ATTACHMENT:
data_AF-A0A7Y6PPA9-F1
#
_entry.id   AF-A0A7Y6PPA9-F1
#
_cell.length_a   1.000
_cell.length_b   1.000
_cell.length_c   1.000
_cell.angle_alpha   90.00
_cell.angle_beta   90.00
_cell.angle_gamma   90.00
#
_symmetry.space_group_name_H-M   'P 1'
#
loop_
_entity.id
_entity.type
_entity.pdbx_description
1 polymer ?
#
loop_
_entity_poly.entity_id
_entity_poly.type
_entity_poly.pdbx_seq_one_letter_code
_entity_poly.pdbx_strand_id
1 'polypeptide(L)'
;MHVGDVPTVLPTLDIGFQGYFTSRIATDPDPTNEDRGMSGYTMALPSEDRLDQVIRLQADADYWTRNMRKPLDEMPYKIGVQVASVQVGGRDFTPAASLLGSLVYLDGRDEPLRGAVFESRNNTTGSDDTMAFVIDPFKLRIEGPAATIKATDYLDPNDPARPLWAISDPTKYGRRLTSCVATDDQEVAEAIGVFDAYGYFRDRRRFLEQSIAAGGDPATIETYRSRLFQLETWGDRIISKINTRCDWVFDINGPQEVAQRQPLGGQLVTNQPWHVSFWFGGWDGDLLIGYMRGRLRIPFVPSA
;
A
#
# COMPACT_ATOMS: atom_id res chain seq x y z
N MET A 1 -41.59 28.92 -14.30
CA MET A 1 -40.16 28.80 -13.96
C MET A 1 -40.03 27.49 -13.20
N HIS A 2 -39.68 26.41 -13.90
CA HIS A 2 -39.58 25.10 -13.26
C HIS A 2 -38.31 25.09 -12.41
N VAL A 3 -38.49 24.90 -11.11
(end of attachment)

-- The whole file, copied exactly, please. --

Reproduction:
data_AF-A0A7Y6PPA9-F1
#
_entry.id   AF-A0A7Y6PPA9-F1
#
_cell.length_a   1.000
_cell.length_b   1.000
_cell.length_c   1.000
_cell.angle_alpha   90.00
_cell.angle_beta   90.00
_cell.angle_gamma   90.00
#
_symmetry.space_group_name_H-M   'P 1'
#
loop_
_entity.id
_entity.type
_entity.pdbx_description
1 polymer ?
#
loop_
_entity_poly.entity_id
_entity_poly.type
_entity_poly.pdbx_seq_one_letter_code
_entity_poly.pdbx_strand_id
1 'polypeptide(L)'
;MHVGDVPTVLPTLDIGFQGYFTSRIATDPDPTNEDRGMSGYTMALPSEDRLDQVIRLQADADYWTRNMRKPLDEMPYKIGVQVASVQVGGRDFTPAASLLGSLVYLDGRDEPLRGAVFESRNNTTGSDDTMAFVIDPFKLRIEGPAATIKATDYLDPNDPARPLWAISDPTKYGRRLTSCVATDDQEVAEAIGVFDAYGYFRDRRRFLEQSIAAGGDPATIETYRSRLFQLETWGDRIISKINTRCDWVFDINGPQEVAQRQPLGGQLVTNQPWHVSFWFGGWDGDLLIGYMRGRLRIPFVPSA
;
A
#
# COMPACT_ATOMS: atom_id res chain seq x y z
N MET A 1 -41.59 28.92 -14.30
CA MET A 1 -40.16 28.80 -13.96
C MET A 1 -40.03 27.49 -13.20
N HIS A 2 -39.68 26.41 -13.90
CA HIS A 2 -39.58 25.10 -13.26
C HIS A 2 -38.31 25.09 -12.41
N VAL A 3 -38.49 24.90 -11.11